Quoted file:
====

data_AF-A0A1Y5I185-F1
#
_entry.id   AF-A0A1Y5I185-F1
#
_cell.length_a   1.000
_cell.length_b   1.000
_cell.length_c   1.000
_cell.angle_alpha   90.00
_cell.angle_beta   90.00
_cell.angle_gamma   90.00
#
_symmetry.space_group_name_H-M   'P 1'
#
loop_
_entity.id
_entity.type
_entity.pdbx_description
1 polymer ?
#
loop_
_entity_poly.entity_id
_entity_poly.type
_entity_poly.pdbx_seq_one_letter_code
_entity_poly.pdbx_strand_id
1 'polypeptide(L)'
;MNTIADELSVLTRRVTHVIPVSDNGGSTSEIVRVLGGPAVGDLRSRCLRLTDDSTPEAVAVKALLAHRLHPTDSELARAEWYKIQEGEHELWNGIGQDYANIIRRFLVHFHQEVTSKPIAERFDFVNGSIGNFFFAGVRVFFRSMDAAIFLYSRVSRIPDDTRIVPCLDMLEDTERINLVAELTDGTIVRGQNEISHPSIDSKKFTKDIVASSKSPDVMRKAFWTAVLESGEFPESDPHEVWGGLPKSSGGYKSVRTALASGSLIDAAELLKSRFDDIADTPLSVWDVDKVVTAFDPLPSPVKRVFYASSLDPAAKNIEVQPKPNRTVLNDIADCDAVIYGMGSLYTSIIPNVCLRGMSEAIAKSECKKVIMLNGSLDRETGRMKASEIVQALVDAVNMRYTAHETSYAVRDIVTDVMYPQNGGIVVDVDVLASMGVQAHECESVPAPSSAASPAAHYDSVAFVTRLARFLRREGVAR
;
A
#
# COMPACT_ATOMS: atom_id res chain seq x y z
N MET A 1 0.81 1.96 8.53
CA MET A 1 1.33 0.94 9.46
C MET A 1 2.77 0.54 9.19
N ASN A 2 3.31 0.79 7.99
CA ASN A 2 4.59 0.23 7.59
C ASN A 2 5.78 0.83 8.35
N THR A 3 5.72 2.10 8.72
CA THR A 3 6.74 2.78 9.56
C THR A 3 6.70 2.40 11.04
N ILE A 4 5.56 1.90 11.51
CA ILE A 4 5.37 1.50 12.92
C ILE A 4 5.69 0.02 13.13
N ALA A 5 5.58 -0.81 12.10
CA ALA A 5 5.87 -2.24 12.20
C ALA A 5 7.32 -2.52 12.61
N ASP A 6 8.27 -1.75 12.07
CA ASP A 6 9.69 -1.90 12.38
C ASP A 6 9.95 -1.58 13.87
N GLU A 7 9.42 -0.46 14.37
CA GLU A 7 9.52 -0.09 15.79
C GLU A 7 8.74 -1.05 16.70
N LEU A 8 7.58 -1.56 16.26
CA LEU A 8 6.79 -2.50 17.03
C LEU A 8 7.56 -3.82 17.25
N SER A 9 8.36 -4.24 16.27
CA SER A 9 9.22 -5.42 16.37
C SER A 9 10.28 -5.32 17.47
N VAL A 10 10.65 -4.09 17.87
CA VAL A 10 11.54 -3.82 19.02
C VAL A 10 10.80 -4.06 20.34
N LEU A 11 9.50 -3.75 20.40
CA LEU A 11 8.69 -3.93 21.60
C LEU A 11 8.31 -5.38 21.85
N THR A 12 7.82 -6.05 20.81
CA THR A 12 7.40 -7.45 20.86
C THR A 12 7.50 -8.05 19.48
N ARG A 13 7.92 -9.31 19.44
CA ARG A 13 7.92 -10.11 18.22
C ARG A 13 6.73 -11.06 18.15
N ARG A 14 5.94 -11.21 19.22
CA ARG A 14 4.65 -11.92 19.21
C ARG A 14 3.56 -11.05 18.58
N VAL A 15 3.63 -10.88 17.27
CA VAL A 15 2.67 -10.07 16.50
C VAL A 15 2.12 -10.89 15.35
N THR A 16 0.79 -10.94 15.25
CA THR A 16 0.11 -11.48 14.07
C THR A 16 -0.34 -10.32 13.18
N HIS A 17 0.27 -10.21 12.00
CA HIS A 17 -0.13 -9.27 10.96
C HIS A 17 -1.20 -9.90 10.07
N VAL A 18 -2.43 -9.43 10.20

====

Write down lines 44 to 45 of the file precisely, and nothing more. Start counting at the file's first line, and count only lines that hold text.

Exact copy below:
CA ALA A 5 5.87 -2.24 12.20
C ALA A 5 7.32 -2.52 12.61